Bishops from North, Central, South America and the Caribbean denounced the “horrors” suffered by immigrants throughout the Western hemisphere.
“Poverty forces thousands of people to emigrate and seek their daily bread outside their native countries,” they said.
“As long as this causal structure is not resolved, even though immigration laws are made stricter, the flow of immigrants will continue with the consequences that have repeatedly been pointed out.”
The bishops released their statement at the end of the 2012 Regional Bishops’ Consultation on Migration, held May 28-30 in Santo Domingo.
In their remarks, they also denounced the situation faced by many immigrants from Central America who cross Mexico to reach the United States and endure terrible suffering not only at the hands of false guides but also of organized criminal gangs.
“Across Central America and Mexico, the members of organized crime take immigrants as prisoners especially through the crime of kidnapping in order to extort their families,” the bishops said.
“When these immigrants refuse to cooperate or do not come up with the entire ransom money, they are brutally tortured and killed, as demonstrated by the events related to the massacre of 72 immigrants in San Fernando Tamaulipas, the discovery of hundreds of bodies in clandestine graves and the latest massacre of 49 people killed in Cadereyta, Nuevo Leon,” they noted.
The bishops also denounced the continual increase in sex trafficking and slave labor, especially involving children, in order to reap “criminal profits.”
They also expressed concern for immigrant children who travel unaccompanied and separated from their families, as well as the drastic increase in deportations from the United States and Mexico, which has led to more family separations.”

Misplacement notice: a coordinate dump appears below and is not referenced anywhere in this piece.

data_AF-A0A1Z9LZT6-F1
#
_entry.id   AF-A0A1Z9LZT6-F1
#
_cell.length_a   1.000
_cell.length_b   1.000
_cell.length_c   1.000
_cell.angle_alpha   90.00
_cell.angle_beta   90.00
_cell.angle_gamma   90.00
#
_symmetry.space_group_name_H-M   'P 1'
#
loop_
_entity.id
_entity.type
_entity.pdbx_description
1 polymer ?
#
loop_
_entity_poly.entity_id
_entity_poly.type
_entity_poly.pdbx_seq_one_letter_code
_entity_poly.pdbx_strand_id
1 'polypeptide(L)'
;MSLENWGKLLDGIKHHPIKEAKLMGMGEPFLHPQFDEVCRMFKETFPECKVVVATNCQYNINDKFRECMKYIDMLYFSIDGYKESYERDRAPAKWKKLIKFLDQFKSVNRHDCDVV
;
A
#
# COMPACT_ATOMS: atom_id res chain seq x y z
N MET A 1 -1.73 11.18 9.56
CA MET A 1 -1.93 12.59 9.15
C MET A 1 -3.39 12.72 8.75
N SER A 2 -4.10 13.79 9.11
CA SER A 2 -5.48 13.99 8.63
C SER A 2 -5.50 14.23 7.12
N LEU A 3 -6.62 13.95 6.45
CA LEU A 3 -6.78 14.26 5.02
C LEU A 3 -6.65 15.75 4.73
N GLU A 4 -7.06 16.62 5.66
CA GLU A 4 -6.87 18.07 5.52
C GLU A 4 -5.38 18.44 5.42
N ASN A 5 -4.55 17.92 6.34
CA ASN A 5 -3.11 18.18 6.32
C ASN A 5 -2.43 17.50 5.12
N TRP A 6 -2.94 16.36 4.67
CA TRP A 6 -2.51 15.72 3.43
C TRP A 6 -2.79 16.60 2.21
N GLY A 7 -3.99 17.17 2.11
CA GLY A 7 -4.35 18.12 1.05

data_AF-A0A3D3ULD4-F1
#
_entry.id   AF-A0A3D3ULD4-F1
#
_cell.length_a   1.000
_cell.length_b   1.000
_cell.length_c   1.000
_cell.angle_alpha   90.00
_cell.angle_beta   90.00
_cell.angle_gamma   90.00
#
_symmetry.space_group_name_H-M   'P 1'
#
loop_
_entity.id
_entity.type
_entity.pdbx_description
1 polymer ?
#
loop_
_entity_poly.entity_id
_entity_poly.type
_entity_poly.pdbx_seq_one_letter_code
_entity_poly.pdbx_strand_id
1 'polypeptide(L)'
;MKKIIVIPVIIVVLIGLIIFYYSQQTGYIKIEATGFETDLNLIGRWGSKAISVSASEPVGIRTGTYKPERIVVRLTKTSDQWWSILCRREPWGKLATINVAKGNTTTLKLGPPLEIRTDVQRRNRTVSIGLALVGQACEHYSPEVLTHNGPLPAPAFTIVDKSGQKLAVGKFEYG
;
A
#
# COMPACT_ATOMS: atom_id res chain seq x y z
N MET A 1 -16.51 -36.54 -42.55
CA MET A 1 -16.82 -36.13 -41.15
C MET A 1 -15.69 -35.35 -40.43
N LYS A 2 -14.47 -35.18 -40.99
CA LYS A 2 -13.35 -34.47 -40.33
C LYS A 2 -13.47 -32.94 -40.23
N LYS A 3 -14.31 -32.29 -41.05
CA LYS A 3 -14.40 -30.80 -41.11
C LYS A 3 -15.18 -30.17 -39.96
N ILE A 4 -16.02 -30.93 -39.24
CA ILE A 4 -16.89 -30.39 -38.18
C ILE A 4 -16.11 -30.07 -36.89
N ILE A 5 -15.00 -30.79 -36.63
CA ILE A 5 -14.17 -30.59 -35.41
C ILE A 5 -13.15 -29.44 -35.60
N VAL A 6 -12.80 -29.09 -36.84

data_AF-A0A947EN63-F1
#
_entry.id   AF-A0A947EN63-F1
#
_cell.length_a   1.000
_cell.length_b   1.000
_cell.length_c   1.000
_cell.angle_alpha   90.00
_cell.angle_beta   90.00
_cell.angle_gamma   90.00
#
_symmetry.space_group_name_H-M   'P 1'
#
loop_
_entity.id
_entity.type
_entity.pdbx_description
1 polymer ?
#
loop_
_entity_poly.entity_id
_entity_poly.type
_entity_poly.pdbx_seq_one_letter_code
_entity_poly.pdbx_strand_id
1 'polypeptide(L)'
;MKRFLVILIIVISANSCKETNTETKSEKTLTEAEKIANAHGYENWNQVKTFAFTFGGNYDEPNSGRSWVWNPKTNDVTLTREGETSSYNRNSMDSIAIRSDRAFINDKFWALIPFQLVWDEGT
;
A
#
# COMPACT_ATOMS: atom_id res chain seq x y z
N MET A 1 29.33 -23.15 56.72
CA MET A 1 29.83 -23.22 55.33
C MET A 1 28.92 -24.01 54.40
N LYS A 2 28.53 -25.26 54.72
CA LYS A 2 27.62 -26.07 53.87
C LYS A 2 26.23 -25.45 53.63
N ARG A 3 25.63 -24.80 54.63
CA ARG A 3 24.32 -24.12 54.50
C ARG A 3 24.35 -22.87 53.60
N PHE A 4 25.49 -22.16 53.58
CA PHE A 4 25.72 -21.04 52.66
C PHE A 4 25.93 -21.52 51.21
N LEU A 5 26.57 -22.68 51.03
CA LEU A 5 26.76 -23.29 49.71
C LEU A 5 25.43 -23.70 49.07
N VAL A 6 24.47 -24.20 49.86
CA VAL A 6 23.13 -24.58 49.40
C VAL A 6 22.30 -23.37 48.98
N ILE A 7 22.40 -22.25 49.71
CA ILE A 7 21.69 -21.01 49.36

The current U.S. government “has broadened the role of the State in the application of immigration laws, which leads to abuses of fundamental rights,” the bishops said.
“Unjust laws in states like Arizona and Alabama, which are the result of a fear of immigrants, lead to xenophobia and are an attack on the Church’s right to serve immigrants,” they continued.
The bishops also denounced the suffering of Haitian immigrants in the Dominican Republic.
“Amid this scene of pain and suffering, we thank God for the innumerable gestures and acts of solidarity offered to immigrants” by local support groups and shelters and for efforts to achieve more just immigration laws, they said.
The bishops also expressed their commitment to promote specific initiatives, including comprehensive immigration reform in the United States that respects the rights of immigrants, avoids separating families and reduces deportations, and approval by the Mexican Senate of a transitory visa that grants protection and safety to Central Americans who are passing through on their way to the US.
Bishop Anthony Taylor of Little Rock, Arkansas, told CNA the issue of immigrants moving from Central America to the United States is complex. “What happens here (in the Dominican Republic) is very different from what happens on the border between the United States and Mexico,” he said.
The president of the Committee on Human Mobility of the Bishops’ Conference of Cuba, Bishop Marcelo Gonzalez Amador of Santa Clara, expressed his satisfaction for the chance to meet with other bishops from Latin America and the Caribbean and share their experiences involving immigrants, “whose sufferings, sorrows, concerns, and hopes as well, we make our own.”